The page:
introduction: The Protestant Reformation in Germany produced hundreds of short dramatic interludes designed to popularize the new teachings among the people. Some of these were performed, while others circulated as dialogues in cheap pamphlets. The greatest of sixteenth-century German dramatists was Hans Sachs (1494–1576). In his A Pleasing Disputation between a Christian Shoemaker and a Popish Parson he defended Protestant teachings. Like some other German Reformation dramas, this text was translated into English. In England, as in Germany, texts like these inspired a vogue for polemical dramas that supported the Reformation. The emphasis of the following passage upon Christianity as a system of moral ethics is found in many of Sachs's works.

Shoemaker: When you do sincerely and purely teach God's Word, then men are bound to hear you, even as Christ himself. But when you preach your own imagination … then ought no man to give ear to you. For all that is not planted of God shall the Heavenly Father pluck up by the roots.

Parson: Are the Councils then the teaching of men?

Shoemaker: If a man should say the truth, the Councils have done great damage in Christendom …

Parson: What hurt or damage have they done, I pray thee heartily?

Shoemaker: First through their commandments, which as you yourself know are innumerable and unmeasurable, and these they have confirmed through many excommunications … Such people, Paul has declared, would in the latter times depart from the faith with their commandments and give heed to error and devilish doctrine …

Parson: What then are the right and true works of the Christian Man?

Shoemaker: Christ says: All that thou would have men to do unto you, do even the same unto them and that is the fulfillment of the whole law and prophets. And he doth teach us to feed the hungry, to give drink to the thirsty, to harbor the harborless, to clothe the naked, to visit the sick, and to comfort the prisoner.

Parson: Are these the only works of the Christian man?

Shoemaker: Yea. A true and faithful Christian man who is born of the water and the Spirit … serves God alone in spirit and in truth, and he serves his neighbor also, which is the whole sum of a Christian life.

source: Hans Sachs, A Goodly Dysputacion Between a Christen Shomaker, and a Popysshe Parson. Trans. Anthony Scoloker (London, 1548): 14–15. Text modernized by Philip M. Soergel.

Jesuit Drama.

The origins of another kind of religious theater, the Jesuit school play, lay in the fifteenth-century revival of ancient drama that had occurred in Italy. Toward the end of the fifteenth century, university professors there had begun to stage Latin revivals of the ancient comedies of Terence and Plautus in order to perfect students' use of classical Latin. In the secondary schools that the Jesuit Order founded throughout Europe in the mid-sixteenth century they relied on a standardized curriculum, closely modeled on humanist examples. As a consequence, they adopted the custom of staging Latin school dramas. The first performance of a school play seems to have occurred at the Jesuits' first institution at Messina in Sicily during 1551. By 1555, the first Jesuit play had been produced in Vienna, and by 1560, many schools the order now ran in Germany and Northern Europe staged these dramas. In its early stage of development the Jesuit Theater produced classical and biblical stories with ennobling content. Popular themes included the stories of Hercules, Saul, and David. Gradually, however, the Jesuits adopted stories in which female heroines like Judith, Esther, and St. Catherine were the central characters. The choice of these materials forced the order to relax the prohibition against young boys playing female parts. Latin remained the dominant language used in the plays for most of the sixteenth century. The first example of a non-Latin Jesuit play, Christus Judex, originated in Spain, but schools in Italy and Germany soon had translations. Over time, the Jesuit productions grew more elaborate. Around 1600, the Jesuit dramas already had large casts of characters, and in the course of the following century operatic arias, intermezzi, and even ballet became components of the productions. Similarly, their staging became more elaborate, with lighting effects, costumes, and scenery machinery adopted from those used on the professional stage.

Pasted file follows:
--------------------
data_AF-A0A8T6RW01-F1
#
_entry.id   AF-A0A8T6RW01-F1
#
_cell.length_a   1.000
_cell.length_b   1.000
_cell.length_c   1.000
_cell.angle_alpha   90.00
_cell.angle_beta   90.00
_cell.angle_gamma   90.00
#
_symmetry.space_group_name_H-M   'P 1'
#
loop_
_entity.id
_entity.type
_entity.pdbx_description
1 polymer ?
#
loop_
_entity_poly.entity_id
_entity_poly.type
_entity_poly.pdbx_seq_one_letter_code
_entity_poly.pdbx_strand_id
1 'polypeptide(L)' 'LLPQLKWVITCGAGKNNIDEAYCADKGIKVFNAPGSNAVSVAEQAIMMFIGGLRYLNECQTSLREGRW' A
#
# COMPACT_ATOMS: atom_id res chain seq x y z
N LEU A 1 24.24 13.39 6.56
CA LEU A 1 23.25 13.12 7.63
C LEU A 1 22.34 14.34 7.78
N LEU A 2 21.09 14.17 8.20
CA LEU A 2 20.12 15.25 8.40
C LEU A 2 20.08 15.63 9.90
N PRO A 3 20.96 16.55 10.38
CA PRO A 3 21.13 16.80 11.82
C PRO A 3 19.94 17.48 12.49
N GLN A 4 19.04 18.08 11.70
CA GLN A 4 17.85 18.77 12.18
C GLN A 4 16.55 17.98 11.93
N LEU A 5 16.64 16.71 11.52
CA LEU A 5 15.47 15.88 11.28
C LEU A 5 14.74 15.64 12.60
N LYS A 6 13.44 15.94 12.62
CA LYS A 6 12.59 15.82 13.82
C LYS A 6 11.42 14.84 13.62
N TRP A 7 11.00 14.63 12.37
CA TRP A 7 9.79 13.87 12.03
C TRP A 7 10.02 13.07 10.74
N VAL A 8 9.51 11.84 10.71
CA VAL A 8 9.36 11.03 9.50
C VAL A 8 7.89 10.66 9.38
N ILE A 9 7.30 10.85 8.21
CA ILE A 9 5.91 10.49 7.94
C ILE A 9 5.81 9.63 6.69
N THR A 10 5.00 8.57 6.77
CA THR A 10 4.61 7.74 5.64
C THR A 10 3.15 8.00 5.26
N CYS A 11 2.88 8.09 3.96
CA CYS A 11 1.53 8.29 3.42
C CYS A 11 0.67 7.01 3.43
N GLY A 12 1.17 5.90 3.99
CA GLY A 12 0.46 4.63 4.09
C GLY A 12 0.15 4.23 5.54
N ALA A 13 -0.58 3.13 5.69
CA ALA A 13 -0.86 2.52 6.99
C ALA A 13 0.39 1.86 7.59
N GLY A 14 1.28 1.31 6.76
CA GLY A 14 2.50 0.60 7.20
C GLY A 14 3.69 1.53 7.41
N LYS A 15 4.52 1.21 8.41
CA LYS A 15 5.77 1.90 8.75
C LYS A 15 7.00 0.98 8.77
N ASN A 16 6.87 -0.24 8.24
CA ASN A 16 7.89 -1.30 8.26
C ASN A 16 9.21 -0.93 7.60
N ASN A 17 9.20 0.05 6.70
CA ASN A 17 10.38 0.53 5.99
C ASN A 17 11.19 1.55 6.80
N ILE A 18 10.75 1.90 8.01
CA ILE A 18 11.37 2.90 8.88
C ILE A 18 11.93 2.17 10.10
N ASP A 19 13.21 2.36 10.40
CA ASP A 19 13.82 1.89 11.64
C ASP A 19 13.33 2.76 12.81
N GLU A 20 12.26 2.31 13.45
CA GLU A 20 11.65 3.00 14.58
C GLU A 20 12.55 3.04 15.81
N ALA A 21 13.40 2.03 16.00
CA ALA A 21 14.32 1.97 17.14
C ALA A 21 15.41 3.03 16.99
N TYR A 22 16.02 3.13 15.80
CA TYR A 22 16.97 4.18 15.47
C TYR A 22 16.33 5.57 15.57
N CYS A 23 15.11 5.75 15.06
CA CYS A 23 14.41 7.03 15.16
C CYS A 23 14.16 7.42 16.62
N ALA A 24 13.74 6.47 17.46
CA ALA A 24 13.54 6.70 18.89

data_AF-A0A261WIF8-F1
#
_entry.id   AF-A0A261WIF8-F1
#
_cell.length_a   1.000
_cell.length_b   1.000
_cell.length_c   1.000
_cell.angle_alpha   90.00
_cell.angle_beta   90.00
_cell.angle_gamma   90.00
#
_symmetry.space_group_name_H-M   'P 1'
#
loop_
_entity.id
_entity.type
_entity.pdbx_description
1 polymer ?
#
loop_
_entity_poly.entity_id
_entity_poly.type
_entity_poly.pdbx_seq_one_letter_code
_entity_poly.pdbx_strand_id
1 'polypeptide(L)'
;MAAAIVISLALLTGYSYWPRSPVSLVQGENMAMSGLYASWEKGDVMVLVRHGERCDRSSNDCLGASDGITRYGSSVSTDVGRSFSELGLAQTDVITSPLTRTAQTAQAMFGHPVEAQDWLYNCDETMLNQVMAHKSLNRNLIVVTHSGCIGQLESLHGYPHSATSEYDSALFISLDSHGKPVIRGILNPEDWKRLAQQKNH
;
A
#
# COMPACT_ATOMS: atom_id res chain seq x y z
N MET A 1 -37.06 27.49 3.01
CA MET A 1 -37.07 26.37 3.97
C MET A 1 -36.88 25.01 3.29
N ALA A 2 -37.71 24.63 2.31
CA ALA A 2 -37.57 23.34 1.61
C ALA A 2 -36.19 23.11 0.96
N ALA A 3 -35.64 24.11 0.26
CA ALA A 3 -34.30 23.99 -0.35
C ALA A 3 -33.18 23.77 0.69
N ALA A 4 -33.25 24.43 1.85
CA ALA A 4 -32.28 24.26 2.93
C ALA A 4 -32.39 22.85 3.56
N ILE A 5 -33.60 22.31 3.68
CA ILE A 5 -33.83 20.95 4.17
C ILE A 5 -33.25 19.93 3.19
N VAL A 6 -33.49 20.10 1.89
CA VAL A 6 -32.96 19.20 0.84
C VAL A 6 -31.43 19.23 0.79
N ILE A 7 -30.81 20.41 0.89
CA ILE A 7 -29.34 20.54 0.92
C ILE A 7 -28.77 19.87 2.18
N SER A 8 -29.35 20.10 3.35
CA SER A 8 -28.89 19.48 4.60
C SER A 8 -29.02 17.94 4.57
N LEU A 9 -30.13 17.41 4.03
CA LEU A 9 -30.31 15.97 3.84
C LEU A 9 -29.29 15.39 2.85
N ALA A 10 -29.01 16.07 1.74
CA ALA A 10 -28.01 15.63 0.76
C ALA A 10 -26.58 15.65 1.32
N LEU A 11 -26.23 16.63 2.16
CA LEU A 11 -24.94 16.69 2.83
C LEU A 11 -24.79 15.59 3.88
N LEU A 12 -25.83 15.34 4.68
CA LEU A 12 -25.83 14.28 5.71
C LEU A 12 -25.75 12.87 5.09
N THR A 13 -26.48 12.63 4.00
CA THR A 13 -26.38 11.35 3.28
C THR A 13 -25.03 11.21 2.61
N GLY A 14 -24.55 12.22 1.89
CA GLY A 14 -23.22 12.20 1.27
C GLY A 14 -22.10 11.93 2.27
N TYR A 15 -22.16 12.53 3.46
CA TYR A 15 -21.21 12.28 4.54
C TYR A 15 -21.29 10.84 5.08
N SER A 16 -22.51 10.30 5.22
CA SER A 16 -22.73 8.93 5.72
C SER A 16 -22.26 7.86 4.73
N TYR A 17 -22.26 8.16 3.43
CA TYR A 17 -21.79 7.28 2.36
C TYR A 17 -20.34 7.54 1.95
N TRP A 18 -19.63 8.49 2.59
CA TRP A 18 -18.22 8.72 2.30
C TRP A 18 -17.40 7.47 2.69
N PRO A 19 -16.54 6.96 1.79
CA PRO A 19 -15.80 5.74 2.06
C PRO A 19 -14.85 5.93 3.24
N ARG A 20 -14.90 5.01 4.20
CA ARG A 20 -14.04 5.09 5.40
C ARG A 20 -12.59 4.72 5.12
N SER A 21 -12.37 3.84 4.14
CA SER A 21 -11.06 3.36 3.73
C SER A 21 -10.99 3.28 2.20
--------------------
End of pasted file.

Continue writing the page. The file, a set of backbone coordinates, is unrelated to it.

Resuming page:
French Theater.

Although the tone of most medieval mystery plays was often solemn, short farces had sometimes served as relieving interludes within these dramas, the performance of which sometimes stretched across several days. As in Germany, comic carnival plays, too, provided a safety valve through which people prepared for the self-denial and rigorous disciplines of Lent. Between 1450 and 1600, these traditional comic forms became the basis for the establishment of a popular theater in France. Broad segments of the French urban population, rich and poor, educated and uneducated alike attended productions staged in this popular theater. In contrast to other forms of drama, then, the subjects treated in these plays by necessity had to have broad appeal and general intelligibility. The comic farce was thus one of the most common staged dramas in the French popular theater of the time. Its characters were, by and large, drawn from daily life. A parade of ordinary family members, scheming servants, priests, and tradespeople marched through these plays. In contrast to the morality plays still popular at the time, which had characters with names like Avarice, Hope, and Charity, the farce aimed to represent real-life situations, albeit with a comic twist. French farces were usually written in eight-syllable (octosyllabic) verses. Their plots attacked gullibility, misplaced trust and idealism, and human faithlessness in ways akin to comic traditions stemming from the days of Chaucer and Boccaccio. The stories were often predictable, as characters became embroiled in cases of mistaken identity or tangled in webs that grew from deceit or seemingly harmless lies. In some cases the line of plot development was relatively thin, and witty verbal games dominated the action.